Tammy Wynette said that if she had to make a choice between husband and career, she would choose the music first. As Arts columnist Brian Brennan reports in his new time capsule piece, she revealed this to him just as she was about to divorce her fourth husband, Nashville real estate executive Michael Tomlin. An excerpt of excerpt of Brennan’s Brief Encounters column, Troubled First Lady of Country Music: Tammy Wynette (subscription*):
Tammy Wynette was no longer standing by her man when I saw her perform at a nightclub in 1976. At least, she was no longer singing with ex-husband George Jones, with whom she had continued to record – for contractual reasons – after their divorce in 1975. At age 34, Wynette was going it alone as a solo artist with a portfolio of autobiographical songs in which, she said, “every line is true.” Many of them chronicled the twists and turns in her stormy seven-year relationship with Jones.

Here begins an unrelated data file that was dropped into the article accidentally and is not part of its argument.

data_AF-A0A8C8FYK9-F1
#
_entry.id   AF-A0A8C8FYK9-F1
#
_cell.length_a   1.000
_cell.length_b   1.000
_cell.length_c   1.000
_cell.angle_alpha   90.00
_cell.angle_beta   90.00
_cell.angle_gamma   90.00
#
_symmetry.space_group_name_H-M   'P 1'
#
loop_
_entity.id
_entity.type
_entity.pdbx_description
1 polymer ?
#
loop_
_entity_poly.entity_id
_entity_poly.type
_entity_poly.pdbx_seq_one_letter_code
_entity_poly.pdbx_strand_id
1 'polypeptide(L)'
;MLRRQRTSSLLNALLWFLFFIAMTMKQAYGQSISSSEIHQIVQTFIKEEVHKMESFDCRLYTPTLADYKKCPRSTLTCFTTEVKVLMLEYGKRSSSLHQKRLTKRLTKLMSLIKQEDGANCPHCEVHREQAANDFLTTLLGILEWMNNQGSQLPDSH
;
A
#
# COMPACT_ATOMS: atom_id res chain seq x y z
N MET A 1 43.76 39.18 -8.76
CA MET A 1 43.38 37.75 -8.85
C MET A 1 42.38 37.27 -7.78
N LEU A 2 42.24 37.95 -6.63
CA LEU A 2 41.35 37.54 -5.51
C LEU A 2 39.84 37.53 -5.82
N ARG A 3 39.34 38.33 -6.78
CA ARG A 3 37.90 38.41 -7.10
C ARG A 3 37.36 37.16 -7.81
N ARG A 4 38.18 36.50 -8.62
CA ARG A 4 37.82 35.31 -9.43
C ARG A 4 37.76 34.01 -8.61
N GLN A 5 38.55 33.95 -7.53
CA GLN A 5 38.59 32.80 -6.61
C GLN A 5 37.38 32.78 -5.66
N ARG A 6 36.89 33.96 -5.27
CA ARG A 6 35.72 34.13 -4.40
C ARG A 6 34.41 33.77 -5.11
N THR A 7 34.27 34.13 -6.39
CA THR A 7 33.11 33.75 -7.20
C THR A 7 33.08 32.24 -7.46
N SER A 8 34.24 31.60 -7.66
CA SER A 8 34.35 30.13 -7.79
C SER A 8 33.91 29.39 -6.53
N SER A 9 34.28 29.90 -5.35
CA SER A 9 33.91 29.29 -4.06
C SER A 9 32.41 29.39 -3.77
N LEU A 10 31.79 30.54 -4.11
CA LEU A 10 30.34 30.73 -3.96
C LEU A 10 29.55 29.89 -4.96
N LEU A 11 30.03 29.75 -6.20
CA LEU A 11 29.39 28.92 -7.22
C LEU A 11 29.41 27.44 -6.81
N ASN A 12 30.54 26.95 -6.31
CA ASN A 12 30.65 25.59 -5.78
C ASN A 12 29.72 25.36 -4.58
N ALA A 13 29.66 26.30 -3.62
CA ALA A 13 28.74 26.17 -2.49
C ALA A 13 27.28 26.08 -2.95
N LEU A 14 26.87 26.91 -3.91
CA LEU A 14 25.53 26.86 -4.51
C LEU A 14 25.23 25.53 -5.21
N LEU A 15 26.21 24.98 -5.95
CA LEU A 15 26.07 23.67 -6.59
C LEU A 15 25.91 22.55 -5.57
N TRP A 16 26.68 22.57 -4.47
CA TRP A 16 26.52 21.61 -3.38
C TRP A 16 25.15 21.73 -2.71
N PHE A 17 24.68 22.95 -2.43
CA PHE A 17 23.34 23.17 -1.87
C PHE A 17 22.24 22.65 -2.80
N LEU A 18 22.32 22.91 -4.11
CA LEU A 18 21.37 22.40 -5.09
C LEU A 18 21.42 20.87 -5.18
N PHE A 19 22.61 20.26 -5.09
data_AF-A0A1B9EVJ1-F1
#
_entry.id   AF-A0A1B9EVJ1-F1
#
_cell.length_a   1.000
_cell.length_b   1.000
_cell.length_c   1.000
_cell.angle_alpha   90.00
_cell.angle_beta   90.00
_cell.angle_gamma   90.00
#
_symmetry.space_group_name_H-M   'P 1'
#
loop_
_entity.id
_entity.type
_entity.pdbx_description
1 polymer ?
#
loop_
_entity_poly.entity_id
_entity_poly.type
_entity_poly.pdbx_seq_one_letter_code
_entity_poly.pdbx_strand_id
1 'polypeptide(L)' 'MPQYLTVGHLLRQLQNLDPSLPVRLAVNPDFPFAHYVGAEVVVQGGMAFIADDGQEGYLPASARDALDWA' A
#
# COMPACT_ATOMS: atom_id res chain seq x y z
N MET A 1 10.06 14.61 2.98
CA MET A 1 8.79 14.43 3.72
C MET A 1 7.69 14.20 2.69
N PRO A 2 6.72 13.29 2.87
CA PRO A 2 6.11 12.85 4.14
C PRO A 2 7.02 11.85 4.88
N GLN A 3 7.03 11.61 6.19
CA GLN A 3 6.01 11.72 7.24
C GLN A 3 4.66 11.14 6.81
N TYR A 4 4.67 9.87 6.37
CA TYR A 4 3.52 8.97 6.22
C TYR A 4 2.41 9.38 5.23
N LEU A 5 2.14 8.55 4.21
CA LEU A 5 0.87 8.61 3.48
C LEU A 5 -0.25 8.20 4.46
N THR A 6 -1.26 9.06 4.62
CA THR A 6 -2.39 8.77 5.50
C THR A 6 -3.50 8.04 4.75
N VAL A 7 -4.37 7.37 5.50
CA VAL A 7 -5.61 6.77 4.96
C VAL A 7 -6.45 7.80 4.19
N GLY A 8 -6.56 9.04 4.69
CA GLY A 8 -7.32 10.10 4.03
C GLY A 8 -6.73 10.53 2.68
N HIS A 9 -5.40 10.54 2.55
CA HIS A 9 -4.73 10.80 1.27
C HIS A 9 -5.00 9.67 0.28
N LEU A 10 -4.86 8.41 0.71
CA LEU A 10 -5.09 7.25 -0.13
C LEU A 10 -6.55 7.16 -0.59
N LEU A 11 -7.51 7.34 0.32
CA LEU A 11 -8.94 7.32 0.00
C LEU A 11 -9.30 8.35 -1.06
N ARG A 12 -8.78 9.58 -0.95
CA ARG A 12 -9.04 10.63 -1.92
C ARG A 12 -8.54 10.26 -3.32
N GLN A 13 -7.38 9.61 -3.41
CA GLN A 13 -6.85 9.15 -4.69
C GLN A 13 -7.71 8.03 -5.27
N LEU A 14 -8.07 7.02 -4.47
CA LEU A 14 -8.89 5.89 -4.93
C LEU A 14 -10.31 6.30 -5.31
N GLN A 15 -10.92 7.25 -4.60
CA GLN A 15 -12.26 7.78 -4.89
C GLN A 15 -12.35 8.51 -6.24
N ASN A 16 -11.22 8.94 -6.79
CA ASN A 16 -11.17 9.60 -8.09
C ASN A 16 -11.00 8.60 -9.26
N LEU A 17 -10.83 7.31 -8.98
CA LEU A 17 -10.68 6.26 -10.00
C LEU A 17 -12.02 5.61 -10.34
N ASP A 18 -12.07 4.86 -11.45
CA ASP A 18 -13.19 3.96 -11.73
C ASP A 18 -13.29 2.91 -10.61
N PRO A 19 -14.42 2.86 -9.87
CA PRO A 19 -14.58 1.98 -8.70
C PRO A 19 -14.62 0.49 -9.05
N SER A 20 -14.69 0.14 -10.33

Her trademark songs, delivered with the force of an air-raid siren, spoke of loneliness and heartbreak, and included such titles as D-I-V-O-R-C-E, Another Lonely Song, It’s All Over, I Don’t Wanna Play House and Your Good Girl’s Gonna Go Bad. One song, The Bottle, was about Jones’s drinking. It was said that on one occasion Wynette had confiscated Jones’s car keys only to later find him driving to the liquor store on a motorized lawnmower! … log in* to read Troubled First Lady of Country Music: Tammy Wynette.
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